All in all, the plan is to get through against decent opposition that does not drain too much but keeps the team nicely on the boil for the knockout stage and, when there, anything can happen.

Iran (Argentina, Nigeria and Bosnia)

Carlos Queiroz celebrated in front of a frenzied crowd in Tehran's Azadi Stadium
GettyImagesCan Carlos Queiroz lead Iran out of Group F?

At first look it reminds one of South Korea’s lot in 2010 with Bosnia playing the part of Greece. In Iran the reaction went along the lines that it could have been a good deal worse, and it really could. Not even the most optimistic Iranian fans, and there are plenty of such folk, would expect Argentina to finish anything other than top, but with this new version of Team Melli under Carlos Queiroz, a draw against La Albiceleste is unlikely but not impossible, especially if the South Americans underestimate the spirit of their opponents.

The games either side of that test are the ones that matter. Iran were optimistic going into the 2006 World Cup but those dreams were torn by dressing rooms splits and a disastrous second half against Mexico in the opening game on a warm Nuremburg Sunday. It can become tiresomely obvious to point to certain games being crucial in the biggest tournament in the world, but the opener against Nigeria really is. A well-organised Iran could take points from the Super Eagles and keep themselves in contention for a final-game showdown with debutants Bosnia. It could be very tight.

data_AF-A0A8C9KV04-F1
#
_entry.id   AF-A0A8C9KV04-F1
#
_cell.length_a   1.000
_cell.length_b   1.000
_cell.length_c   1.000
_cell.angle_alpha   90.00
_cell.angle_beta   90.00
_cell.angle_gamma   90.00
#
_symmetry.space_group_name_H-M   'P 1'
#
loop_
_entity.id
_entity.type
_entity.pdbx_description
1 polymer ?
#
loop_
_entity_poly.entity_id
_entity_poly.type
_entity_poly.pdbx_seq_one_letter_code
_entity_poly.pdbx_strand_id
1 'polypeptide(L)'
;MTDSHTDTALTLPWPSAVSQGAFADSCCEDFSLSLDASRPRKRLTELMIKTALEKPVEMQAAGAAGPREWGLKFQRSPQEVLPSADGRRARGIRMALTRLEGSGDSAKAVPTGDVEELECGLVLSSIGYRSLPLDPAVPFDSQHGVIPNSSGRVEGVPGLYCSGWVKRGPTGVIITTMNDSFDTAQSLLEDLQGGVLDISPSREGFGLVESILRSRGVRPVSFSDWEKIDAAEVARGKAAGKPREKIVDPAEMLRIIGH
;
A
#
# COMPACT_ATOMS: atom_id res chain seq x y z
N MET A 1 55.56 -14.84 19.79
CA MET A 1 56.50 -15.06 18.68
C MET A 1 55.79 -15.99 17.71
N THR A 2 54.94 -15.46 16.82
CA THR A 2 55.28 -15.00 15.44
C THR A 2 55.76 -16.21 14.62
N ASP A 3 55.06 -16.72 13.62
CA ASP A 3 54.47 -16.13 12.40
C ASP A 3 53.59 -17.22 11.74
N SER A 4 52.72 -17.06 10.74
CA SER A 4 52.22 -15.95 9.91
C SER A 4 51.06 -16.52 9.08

South Korea (Belgium, Algeria, Russia)

South korea fans Seoul
GettyImagesSouth Korean fans will be hoping for a long run in the competition.

If Iran’s group is reminiscent of Korea’s in 2010 then Korea’s group has a taste of Japan in 2002, containing both Belgium and Russia with Algeria replacing Tunisia as the North African representative. There may be an absence of glamour here but the Taeguk Warriors are delighted by the opposition and the entirely southern-based fixture list.

Coach Hong Myung-Bo really wanted to avoid the strong South American teams that the Koreans tend to lose to in favour of Africans and the non-elite European sides that the 2002 World Cup semifinalists are confident of beating.

Of course, if the East Asians are pleased, the same can be said for all in the group, meaning that two are going to be disappointed. Korea -- who have reached the knockout stage in two of the last three World Cups and came very close to doing so in all three -- recently lost 2-1 to opening-game opponents Russia. That, however, was a sloppy performance from a youthful side who can be pleased that their new coach -– who spent six months as assistant at Anzhi Makhachkala earlier this year before taking the Korean job -- is seemingly taking the team in the right direction. How far they can travel will be apparent to all next June.